You know the various blogs and blog groups. Is there more blog coverage for soccer than say golf or baseball?
Maybe not baseball. That’s an, interesting passion. But I found that the blogs for soccer were so much more energetic. Baseball would probably the only type of blog that would rival the number of soccer blogs, but the soccer blogs are defiantly more energetic, passionate and alive. Soccer has a passion and vitality to it, that I really love.

Soccer is not my sport per se. I’m not into soccer blogs as much as the baseball or football blogs, but as I did research for The Beckham Experiment, I could tell it was a much more dynamic media for the sports.

The blogosphere seems to be where a lot of energy for where American soccer may be. I know for a fact that ESPN knows that soccer is an untapped market for them and they are going to continue to increase their presentation to the public. As ESPN goes, so goes the average sports fan. As ESPN goes deeper into it and promotes MLS more, and European soccer more, it will continue to get bigger and perhaps someday match the enthusiasm we see in the blogs.

Overall, was The Beckham Experiment a successful venture into soccer marketing for you?
Oh defiantly. I had been working with blogs before that, and I was getting results and getting people interested in some of the titles I was working with.

The Beckham Experiment was the first book that people were falling all over themselves wanting to get a copy and then coming through and actually doing the review! I was making the offer [to review The Beckham Experiment] just a few weeks before the book came out, and we had such quick turnaround.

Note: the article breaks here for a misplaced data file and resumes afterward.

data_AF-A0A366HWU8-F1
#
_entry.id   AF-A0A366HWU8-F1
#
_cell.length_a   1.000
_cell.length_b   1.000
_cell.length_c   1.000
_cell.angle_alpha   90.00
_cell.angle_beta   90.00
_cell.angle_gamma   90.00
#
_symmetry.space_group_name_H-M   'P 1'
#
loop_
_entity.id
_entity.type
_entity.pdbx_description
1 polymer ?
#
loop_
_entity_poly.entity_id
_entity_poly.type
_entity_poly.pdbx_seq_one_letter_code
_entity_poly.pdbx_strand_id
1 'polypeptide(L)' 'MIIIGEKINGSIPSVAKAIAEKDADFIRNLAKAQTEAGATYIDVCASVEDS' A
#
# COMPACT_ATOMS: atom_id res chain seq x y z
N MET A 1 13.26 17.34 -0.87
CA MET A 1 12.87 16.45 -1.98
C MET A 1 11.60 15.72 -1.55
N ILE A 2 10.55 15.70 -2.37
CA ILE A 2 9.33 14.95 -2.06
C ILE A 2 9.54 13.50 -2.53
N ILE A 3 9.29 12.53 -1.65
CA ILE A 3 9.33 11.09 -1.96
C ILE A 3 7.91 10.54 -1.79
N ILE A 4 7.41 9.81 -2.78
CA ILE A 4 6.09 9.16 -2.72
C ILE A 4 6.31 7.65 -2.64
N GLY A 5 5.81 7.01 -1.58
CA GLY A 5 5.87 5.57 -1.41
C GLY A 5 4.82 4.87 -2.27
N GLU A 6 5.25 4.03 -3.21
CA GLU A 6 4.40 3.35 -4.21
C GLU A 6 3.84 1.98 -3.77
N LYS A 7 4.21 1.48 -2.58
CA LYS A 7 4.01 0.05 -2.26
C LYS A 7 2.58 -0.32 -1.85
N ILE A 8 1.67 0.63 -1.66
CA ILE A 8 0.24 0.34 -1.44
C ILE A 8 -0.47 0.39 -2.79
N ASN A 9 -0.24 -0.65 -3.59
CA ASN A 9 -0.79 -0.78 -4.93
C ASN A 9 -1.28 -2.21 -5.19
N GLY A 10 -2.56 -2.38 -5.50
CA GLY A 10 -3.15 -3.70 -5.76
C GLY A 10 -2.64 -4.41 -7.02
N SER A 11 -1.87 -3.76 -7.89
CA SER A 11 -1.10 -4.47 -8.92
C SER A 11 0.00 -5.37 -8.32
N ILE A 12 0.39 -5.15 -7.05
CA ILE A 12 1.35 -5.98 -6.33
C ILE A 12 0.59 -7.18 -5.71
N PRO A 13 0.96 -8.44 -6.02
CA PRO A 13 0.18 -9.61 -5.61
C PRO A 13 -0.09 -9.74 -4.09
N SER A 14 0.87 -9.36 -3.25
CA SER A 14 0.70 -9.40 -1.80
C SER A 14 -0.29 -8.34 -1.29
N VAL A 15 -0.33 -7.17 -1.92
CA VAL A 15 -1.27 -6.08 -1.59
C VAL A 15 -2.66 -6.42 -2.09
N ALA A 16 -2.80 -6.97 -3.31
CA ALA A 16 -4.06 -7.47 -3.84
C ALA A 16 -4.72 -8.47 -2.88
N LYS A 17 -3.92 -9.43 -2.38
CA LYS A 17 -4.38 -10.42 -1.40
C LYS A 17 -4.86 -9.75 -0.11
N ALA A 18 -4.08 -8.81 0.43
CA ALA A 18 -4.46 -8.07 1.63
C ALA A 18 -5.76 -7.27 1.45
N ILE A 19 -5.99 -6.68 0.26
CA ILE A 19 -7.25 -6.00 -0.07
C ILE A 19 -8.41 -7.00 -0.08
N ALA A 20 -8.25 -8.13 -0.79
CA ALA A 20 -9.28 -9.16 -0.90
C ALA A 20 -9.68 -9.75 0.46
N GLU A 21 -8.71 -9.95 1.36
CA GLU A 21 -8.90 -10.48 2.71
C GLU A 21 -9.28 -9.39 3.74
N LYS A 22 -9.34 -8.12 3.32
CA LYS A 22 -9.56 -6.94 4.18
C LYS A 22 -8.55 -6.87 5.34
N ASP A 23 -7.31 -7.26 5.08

The books went out and reviews went up. The bloggers wanted their hands on the books and they wanted to put a review of the book up prior to it being released to the general public. There was enthusiasm and a follow through that I hadn’t seen with books prior.

We think that marketing to blogs is vitally important for the future promotion of books, and we keep on saying that, but when you actually see it come together for a book like The Beckham Experiment, and see the reviews and mentions and continuing discussions, you really see how in the future it will be a large part of book marketing and big part of what we do.

This is it! The Beckham Experiment showed me exactly what the future of book promotion will be like.

Anymore soccer books on the way?
There seemed to be a flurry of books right before the world cup and then everything slowed down a bit. Sports publishing in general is slow right now because of the economy and the publish industry taking stock of where they are. I can’t wait until I do it again because that was one of the most exciting books I’ve worked on to date.

I noticed a lot of MLS players are tweeting about playing FIFA 11. Is that part of their contract or a strategy a publicity company would use?
I don’t know for sure. But that’s what I would do. If there was a new NBA game and I could get Shaq to tweet about it, it would be a great move.

And because I forgot to ask Adam to pick a song that he wanted to post at the end, I guess I'll choose one myself.

You can reach graham @ or at